Publication: Terrorism Monitor Volume: 7 Issue: 28

Offers from the Iranian government and Iraq’s militant Shi’ite leader Sayyid Muqtada al-Sadr to mediate the ongoing and seemingly intractable struggle between the Sana’a regime and the Zaydi Shi’ite Houthist rebels of northern Yemen have been interpreted by Yemen’s government as proof  that Iran and the Sadrists are providing guidance and support to the rebel movement.
The issue was raised in a September 11 al-Jazeera interview with Yemen’s president, Ali Abdullah Saleh, who said, “We cannot accuse the Iranian official side, but the Iranians are contacting us, saying that they are prepared for a mediation. This means that the Iranians have contacts with them [the Houthists], given that they want to mediate between the Yemeni government and them. Also, Muqtada al-Sadr in al-Najaf in Iraq is asking that he be accepted as a mediator. This means they have a link.” President Saleh also said that two Houthist cells had been arrested and the suspects had admitted receiving $100,000 from Iranian sources. While the accusations of Iranian support for the Shi’ite Houthists are not new, the suggestion that Iraq’s Sadrist movement is supporting the rebels came as a surprise to many.

Yemeni authorities say they have seized caches of weapons made in Iran, while the Houthists claim to have captured Yemeni equipment with Saudi Arabian markings, accusing Sana’a of acting as a Saudi proxy. Iran’s embassy in Sana’a rejected claims that Iranian weapons were found in north Yemen and described all claims of material or financial support to  the rebels as baseless (NewsYemen, September 8; Yemen Observer, September 10).
Iskandar al-Asbahi of Yemen’s ruling General People’s Congress suggested the rebels had asked for diplomatic intervention from their alleged Shi’ite allies. “Despite [the Houthists’] continued attacks on villages and houses, they are calling for a ceasefire and pleading with Iran and Muqtada al-Sadr, the sides which are helping and financing them, to stop the war on them.” Any effort at mediation by al-Sadr or Iran is proof “that the insurgents are agents and serving foreign agendas” (Al-Sharq al-Awsat, September 11).
In Iraq, Saleh’s claims were denounced by Sadrist MP Zaynab al-Kenani, who declared that the Yemeni president’s “accusations against Sayyid Muqtada al-Sadr are wrong, otherwise the Yemeni leader should provide evidence supporting his claims” (Aswat al-Iraq, September 12).

A spokesman for Abdul Malik al-Houthi, the rebel commander in Sa’ada Governate, said the president’s allegations of foreign support had a familiar ring. “These remarks are not new for us and the same was said during the previous wars. They are lies by the state. We challenge him to prove what he says" (Al-Sharq al-Awsat, September 11).

While the Zaydi Shi’ites are one of the three main branches of the Shi’a movement, they have little in common theologically with the Shi’ites of Iran and Iraq and have developed in relative isolation from their fellow Shi’ites in the mountains of northern Yemen. The Zaydis have more in common with the Sunnis and even share a preference for the Sunni Hanafi school of Islamic jurisprudence. In the al-Jazeera interview, President Saleh dismissed claims that the Zaydis were fighting religious oppression. “They accuse the regime of being against the Zaydi community, even though we are Zaydis. I am a Zaydi. Nobody says that the Zaydi books or the Zaydi denominations are wrong at all. All this is intended to deceive the public.”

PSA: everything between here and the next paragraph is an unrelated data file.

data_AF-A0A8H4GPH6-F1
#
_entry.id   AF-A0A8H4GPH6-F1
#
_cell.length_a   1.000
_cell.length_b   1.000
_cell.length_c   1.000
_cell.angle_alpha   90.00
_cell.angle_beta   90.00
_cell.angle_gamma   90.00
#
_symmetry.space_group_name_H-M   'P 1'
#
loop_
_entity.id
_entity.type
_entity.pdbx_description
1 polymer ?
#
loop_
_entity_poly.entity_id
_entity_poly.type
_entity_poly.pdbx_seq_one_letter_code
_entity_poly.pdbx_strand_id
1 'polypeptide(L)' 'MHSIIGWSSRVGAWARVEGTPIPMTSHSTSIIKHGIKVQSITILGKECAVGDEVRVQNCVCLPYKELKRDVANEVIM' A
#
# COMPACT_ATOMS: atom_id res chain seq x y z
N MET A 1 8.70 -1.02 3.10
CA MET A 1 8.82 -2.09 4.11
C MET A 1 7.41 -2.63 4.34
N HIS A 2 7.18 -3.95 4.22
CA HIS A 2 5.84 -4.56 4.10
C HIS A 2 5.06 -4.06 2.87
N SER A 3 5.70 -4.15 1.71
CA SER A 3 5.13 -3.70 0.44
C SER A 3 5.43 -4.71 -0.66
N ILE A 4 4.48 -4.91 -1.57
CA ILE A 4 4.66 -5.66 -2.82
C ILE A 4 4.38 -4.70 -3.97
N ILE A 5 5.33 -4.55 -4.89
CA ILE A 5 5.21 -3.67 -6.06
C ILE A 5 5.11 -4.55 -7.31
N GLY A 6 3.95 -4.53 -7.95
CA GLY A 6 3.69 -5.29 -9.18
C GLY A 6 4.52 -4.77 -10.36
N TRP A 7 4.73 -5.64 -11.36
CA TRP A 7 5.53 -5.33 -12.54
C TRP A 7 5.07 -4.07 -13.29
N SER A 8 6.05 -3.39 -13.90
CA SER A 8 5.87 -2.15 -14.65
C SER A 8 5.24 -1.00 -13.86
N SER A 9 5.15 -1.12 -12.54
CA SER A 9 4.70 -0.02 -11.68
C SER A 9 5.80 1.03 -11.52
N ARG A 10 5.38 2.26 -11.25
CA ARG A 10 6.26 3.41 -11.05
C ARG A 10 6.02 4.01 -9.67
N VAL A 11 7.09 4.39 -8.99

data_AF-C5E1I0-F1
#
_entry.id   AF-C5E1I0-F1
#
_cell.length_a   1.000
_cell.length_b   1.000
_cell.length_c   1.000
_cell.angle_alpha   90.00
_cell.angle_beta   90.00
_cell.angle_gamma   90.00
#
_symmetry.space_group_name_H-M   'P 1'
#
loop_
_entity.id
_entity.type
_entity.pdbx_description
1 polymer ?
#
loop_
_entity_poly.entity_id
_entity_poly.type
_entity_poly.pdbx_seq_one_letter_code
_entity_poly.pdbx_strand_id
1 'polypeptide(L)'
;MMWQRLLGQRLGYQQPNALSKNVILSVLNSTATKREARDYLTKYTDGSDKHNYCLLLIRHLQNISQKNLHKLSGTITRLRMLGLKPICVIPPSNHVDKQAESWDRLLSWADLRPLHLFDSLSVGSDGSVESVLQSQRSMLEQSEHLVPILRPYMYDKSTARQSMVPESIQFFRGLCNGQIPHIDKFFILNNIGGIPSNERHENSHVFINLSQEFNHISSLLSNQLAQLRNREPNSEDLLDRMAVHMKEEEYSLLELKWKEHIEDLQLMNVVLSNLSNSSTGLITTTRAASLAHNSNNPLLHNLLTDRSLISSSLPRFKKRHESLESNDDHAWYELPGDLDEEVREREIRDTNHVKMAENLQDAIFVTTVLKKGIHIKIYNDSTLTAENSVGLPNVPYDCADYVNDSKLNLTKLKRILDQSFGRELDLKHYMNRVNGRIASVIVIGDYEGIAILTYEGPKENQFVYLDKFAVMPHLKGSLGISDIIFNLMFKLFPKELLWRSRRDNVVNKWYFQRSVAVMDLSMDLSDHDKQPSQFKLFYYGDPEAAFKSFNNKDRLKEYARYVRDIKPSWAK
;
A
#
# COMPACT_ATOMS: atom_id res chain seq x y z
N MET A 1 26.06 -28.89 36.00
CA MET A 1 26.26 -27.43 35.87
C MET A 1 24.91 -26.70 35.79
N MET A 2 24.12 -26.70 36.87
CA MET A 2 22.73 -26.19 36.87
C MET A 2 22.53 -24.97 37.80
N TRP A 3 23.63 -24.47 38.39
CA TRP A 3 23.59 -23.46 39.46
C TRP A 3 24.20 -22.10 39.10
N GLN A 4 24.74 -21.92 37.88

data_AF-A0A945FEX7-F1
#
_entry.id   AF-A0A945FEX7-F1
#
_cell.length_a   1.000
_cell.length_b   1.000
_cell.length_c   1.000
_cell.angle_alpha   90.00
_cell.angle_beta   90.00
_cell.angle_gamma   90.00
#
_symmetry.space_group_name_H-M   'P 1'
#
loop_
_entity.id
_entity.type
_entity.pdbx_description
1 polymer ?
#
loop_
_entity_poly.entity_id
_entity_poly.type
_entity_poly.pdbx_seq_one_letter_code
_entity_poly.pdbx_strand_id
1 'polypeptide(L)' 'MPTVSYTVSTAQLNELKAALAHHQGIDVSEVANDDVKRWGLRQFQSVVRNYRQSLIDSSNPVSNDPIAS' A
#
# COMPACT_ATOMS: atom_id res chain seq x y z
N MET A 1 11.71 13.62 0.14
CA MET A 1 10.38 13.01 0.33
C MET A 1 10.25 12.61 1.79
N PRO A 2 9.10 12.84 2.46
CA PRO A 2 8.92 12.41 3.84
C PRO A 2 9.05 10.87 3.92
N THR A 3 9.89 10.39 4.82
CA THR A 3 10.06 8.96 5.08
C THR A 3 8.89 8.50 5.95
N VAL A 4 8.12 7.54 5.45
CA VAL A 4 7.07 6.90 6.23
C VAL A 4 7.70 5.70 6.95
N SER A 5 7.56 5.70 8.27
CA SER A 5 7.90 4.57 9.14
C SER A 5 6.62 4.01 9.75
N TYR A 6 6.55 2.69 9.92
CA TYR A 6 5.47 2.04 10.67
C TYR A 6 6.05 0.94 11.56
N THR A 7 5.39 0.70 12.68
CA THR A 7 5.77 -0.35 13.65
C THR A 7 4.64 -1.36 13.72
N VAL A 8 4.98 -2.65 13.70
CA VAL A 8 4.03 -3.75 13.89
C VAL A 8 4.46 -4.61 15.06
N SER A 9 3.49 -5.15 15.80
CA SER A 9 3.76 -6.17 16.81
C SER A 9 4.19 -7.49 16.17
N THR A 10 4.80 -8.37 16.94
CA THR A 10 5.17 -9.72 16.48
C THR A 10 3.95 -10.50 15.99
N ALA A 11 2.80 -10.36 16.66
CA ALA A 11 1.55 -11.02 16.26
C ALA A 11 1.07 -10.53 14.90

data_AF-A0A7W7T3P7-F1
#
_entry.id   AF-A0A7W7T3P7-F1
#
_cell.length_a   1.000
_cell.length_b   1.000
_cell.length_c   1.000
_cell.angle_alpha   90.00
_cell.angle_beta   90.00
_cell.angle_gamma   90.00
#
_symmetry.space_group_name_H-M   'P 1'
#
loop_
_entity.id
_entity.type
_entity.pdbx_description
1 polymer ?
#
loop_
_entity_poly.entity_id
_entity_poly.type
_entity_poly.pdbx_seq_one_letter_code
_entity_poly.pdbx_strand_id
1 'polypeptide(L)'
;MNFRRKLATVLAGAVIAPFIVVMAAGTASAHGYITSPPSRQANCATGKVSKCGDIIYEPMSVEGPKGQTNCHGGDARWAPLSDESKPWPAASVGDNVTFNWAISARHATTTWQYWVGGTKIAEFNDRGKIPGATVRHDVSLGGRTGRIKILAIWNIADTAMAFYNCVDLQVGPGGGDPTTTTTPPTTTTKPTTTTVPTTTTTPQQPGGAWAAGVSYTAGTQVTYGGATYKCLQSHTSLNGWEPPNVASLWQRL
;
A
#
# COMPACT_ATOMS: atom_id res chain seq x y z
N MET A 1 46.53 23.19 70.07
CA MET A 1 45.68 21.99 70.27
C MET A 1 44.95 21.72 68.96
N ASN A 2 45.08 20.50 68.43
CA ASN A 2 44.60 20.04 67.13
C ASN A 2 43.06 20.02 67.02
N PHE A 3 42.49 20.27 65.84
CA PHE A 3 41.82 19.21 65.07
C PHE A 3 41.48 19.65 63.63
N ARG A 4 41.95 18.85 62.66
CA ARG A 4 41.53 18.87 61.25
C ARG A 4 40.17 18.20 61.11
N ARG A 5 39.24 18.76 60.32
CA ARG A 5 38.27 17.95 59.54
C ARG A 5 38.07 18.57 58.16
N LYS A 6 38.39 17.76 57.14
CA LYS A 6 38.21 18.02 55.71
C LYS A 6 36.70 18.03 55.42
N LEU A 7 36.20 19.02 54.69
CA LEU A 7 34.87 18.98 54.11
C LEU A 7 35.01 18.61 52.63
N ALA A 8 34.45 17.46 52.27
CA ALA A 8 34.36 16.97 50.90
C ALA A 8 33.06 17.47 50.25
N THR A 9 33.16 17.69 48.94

In the depths of Tripoli’s notorious Abu Salim prison, imprisoned leaders of the Libyan Islamic Fighting Group (Al-Jama’a al-Islamiya al-Muqatila bi-Libya – LIFG) are ready to release a lengthy refutation of the extreme approach to the Islamic concept of jihad that put them behind bars. Their work, entitled Revisionist Studies of the Concepts of Jihad, Hisbah and Takfir, is expected to be published later this month after being reviewed by a number of leading Islamic scholars.

The LIFG leaders already issued a public apology to President Muammar Qadhafi on September 1st, the 40th anniversary of the Libyan revolution that brought Colonel Qadhafi to power (for the LIFG, see Terrorism Monitor, May 5, 2005; June 18, 2009; August 6 2009).
With the publication of the Revisions, Libya is expected to release 50 LIFG prisoners, with the rest expected to follow soon after. These former militants may be among the last to be kept at Abu Salim, home to a quiet massacre in 1996 that may have taken the lives of as many as 1,200 Islamist prisoners (Libyan Jamahiriya Broadcasting Corporation, July 26, 2008; see also Terrorism Focus, July 29, 2008). Run by Libya’s Internal Security Agency rather than the Justice Department, Abu Salim has a reputation for torture and summary executions. Libyan authorities have announced their intention to demolish the prison and provide compensation to the families of the victims of the 1996 slaughter following the release of the last LIFG prisoners (Al-Sharq al-Awsat, September 10). To this end, a judge has been appointed (Muhammad Bashir al-Khaddar), together with six legal assistants.
The decision to open compensation tribunals is reported to have come from the acting Defense Minister, General Abu Bakr Yunus Jabir, after a Benghazi court responded to the law suits brought by family members of missing prisoners by ordering the government to disclose the fate of the missing militants (Al-Sharq al-Awsat, September 10).
Libya’s experiment in rehabilitating former Islamists differs from similar experiments in Saudi Arabia and Yemen (and the mixed results obtained there) in one major way – Libya has the full institutional participation of the LIFG and its leadership in preparing a reconciliation instead of relying on the conversion of militant individuals who may remain drawn (willingly or otherwise) to their former organizations.

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